In 1986 Orange County teens competed for the first time, as part of the Los Angeles delegation, in the JCC Maccabi Games in Toronto, Canada.  Barry Ackerman initiated and organized the OC program in partnership with LA Maccabi.  Barry remains involved in the JCC Maccabi Games & ArtsFest to the present day.

The first official OC delegation participated in the 1990 JCC Maccabi Games in Detroit.  OC Maccabi sent a young Jason Lezak, who won multiple medals in Under-14 swimming.  Jason went on to compete in four Olympic Games, earning gold, silver and bronze medals.  He is in the Orange County, Jewish and US Swimming Halls of Fame.

Modern Maccabi Alumni

Other notable Maccabi alumni include Ben Helfgott, a Jewish Holocaust survivor who was one of two Holocaust survivors to compete in the Olympic Games.  He represented Great Britain at the Maccabiah Games in Israel.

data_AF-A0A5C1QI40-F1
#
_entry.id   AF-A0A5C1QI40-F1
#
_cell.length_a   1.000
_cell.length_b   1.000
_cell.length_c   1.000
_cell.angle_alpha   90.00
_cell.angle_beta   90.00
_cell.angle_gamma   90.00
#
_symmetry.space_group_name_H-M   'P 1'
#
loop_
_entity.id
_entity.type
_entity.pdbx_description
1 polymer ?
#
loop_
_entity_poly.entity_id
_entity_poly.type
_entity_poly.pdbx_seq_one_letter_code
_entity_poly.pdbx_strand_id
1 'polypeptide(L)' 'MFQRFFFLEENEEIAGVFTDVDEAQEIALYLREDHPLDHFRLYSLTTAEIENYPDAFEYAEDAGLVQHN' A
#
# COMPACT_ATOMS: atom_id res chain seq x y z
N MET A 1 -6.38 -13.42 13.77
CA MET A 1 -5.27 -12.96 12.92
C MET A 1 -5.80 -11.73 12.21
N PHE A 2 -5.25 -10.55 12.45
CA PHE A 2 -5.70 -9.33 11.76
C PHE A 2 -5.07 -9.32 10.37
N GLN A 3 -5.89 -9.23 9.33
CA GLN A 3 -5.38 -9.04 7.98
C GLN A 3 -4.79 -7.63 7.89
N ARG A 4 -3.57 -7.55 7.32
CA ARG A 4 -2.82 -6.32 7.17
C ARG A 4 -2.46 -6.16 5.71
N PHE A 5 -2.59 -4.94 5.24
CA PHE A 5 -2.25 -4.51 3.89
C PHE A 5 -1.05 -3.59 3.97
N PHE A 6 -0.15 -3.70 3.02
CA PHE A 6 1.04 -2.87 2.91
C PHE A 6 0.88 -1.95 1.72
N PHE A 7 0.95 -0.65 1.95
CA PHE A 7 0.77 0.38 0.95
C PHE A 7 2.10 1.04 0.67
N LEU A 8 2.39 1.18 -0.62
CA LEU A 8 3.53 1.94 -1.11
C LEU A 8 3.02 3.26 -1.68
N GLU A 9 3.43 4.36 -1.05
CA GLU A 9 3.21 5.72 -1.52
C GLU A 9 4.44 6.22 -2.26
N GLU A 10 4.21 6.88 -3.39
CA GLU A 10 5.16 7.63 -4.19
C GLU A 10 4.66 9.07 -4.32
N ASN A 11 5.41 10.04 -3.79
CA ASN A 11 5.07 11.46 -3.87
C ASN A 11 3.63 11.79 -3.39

Mark Spitz, American swimming phenom, Ethan Zohn, of the television show “Survivor” fame and Bret Loewenstern, an “American Idol” finalist, participated in the Maccabi Games and ArtFest respectively.

Maccabi and the Shoah

The rise of Nazism and the horrors of the Holocaust took a terrible toll on Jewish lives.  Many of the early Maccabi clubs in Europe were lost in the Shoah.  Hundreds of thousands of Maccabi club members perished, and Maccabi clubs, like so many other Jewish institutions and organizations, were destroyed.  Many Maccabi leaders played key roles in the resistance against the Nazis. At the end of the war, those who survived emigrated to the diaspora and Palestine and formed the backbone of what has today become a thriving World Maccabi community.

The story of Hakoah Vienna

Hakoah Vienna is arguably the most famous and successful of all the Maccabi clubs to have grown in Europe before the Shoah.  Prior to World War II, it produced several Olympic athletes.  Following the Nazi Anschluss of 1938, the club was disbanded and shut.